A pilot to encourage qualified teachers to return to teaching in state schools saw mixed results last year, with many more modern language teachers getting onboard than physics teachers.
A programme by the National College for Teaching and Leadership (NCTL), which rewarded schools that re-trained and employed “returner teachers” who were not working in the state sector, also had more success in London and the south east than across the rest of the country.
And a Freedom of Information request by Schools Week revealed that only three of the 53 lead schools in the pilot trained 20 or more returner teachers – despite funding for up to 40 teachers being available in each case.
Schools Week can reveal that out of the 428 returner teachers trained in the pilot last year, 100 were languages teachers and 106 were English. There were 574 “returner teachers” who applied to be involved in total.
Only 17 teachers were recruited to re-train in chemistry, however, and 18 to physics – with computer science the next lowest at 27.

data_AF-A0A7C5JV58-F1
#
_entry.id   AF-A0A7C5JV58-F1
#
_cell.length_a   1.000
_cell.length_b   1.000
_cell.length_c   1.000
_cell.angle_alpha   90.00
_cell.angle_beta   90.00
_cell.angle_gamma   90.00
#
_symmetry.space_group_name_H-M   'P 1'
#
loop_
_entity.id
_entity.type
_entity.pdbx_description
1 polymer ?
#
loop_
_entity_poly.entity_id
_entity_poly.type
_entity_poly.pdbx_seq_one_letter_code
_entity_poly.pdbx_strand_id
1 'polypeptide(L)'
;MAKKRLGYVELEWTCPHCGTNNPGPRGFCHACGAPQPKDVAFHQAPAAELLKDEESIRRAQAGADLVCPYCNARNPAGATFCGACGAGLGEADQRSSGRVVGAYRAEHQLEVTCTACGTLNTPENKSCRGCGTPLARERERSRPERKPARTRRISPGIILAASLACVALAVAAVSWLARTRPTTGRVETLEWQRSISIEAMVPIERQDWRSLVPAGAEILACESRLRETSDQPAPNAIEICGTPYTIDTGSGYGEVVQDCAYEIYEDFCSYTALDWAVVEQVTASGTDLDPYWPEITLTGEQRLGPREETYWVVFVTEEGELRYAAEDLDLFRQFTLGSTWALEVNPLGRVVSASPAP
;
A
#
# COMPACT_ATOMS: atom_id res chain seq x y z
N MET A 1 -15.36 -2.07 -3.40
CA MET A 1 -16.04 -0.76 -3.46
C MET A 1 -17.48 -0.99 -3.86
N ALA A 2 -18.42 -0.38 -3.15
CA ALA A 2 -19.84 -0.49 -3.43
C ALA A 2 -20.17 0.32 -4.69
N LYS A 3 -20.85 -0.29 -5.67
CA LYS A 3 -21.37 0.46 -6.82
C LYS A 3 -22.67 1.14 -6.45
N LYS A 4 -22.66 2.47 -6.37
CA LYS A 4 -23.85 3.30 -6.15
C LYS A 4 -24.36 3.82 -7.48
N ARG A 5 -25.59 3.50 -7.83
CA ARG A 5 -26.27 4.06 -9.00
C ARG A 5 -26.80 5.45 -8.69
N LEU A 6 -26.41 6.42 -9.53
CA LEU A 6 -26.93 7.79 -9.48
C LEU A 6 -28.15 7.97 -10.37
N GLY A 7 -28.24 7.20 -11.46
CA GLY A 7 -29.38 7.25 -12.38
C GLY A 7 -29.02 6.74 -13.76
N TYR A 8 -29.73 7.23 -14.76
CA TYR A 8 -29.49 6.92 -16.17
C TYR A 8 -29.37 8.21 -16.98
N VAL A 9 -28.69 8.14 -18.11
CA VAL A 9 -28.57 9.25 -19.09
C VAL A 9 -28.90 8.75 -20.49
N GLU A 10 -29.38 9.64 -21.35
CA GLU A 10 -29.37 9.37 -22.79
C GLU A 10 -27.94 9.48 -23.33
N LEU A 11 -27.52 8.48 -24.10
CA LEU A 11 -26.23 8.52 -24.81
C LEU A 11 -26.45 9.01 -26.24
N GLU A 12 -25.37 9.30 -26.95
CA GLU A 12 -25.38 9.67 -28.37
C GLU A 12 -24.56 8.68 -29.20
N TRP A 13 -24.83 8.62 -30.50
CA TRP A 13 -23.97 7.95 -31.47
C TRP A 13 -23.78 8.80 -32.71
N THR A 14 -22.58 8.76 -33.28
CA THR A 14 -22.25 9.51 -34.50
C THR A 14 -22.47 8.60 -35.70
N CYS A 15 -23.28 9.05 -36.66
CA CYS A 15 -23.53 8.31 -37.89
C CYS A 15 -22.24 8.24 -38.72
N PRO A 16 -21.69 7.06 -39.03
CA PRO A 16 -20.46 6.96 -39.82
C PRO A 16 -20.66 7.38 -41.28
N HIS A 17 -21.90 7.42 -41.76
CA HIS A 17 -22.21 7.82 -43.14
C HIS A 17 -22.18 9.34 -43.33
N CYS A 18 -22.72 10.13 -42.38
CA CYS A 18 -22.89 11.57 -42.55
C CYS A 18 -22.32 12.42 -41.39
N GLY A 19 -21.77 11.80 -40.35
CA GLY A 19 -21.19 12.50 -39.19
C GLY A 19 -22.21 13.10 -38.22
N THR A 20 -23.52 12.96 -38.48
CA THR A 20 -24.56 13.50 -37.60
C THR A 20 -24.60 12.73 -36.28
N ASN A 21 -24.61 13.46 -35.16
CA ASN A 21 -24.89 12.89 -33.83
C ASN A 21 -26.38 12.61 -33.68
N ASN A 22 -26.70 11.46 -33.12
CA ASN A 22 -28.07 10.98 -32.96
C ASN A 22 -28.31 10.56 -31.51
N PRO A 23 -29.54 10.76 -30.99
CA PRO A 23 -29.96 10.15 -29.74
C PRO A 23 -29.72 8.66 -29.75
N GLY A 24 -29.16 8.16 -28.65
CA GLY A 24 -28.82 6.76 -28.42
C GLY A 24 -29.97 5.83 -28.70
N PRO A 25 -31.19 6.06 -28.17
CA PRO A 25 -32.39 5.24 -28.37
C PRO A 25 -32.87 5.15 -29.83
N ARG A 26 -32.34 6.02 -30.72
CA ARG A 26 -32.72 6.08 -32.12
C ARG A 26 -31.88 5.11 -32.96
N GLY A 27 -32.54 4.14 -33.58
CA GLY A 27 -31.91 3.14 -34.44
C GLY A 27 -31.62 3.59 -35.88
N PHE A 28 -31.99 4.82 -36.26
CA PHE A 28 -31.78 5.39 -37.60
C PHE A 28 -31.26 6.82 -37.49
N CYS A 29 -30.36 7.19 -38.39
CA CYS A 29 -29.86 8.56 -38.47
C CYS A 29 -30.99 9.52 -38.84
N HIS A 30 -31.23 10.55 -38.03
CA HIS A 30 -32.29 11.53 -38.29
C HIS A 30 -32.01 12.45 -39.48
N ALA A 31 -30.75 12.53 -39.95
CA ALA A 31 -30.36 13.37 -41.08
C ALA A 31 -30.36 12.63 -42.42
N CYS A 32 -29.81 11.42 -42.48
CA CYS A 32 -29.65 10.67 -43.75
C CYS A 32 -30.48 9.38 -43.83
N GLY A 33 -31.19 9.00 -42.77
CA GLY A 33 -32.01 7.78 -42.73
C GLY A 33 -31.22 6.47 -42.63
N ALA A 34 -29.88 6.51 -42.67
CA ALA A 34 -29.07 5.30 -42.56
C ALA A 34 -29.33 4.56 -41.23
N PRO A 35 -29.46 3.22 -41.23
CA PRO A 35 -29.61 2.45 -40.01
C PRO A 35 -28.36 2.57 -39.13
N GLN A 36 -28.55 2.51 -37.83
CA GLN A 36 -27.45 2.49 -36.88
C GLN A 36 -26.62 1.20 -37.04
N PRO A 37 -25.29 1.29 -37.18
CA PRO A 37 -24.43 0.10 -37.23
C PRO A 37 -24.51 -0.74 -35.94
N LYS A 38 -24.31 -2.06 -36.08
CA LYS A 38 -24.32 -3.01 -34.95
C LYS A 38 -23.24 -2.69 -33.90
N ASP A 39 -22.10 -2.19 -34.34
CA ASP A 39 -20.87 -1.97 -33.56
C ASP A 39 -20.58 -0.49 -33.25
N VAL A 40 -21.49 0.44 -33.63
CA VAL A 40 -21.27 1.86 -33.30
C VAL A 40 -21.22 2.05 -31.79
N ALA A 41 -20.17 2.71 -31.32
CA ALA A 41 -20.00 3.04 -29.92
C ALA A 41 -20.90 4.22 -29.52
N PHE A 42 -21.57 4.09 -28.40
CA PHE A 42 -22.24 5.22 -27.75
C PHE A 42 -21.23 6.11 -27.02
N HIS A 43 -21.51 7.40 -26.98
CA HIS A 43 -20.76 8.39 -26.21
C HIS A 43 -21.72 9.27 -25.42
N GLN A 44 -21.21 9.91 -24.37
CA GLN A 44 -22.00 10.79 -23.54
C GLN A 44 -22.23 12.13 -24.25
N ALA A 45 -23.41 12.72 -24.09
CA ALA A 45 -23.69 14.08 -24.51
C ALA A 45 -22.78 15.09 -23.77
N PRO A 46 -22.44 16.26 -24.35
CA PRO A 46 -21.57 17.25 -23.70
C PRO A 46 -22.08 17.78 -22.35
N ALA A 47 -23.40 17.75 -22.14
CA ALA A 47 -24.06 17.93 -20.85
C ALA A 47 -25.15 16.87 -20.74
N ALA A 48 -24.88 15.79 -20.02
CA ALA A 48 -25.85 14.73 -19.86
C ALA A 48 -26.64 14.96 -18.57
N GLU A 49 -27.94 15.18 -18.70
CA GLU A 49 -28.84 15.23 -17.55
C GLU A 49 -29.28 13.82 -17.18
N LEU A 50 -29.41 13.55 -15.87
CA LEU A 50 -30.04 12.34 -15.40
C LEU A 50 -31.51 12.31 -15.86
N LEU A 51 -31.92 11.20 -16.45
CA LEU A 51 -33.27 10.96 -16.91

The south east had more than double the number of recruits (108) than most other regions. London came second with 91 – compared to the east Midlands which only had 18 recruits overall.
None of the 644 lead schools in the pilot came close to filling the government’s maximum 40 places in their schools.
Only three had more than 20 returners enrolled in their training programme. Bromley Schools’ Collegiate, a partnership of 13 schools in Kent, had 23, Knutsford academy in Cheshire had 25 and Ringwood school in Hampshire also had 23.
Thirty-seven of the lead schools involved had 10 or fewer teachers involved.
The Department for Education (DfE) could not confirm how much funding was issued to the pilot overall, or how many returner teachers went on to become employed after the programme, as “final employment figures are yet to be determined”.
Schools will be offered £2,500 to re-train teachers in those subjects.
In the south east only, they will also be offered “up to £1,500” in addition if workers are returned on a part-time or flexible basis after experts said such working arrangements could encourage more qualified teachers back into the profession.
Teachers with QTS not in the state school sector may be working in the independent school sector, be on a career break or have moved to another industry.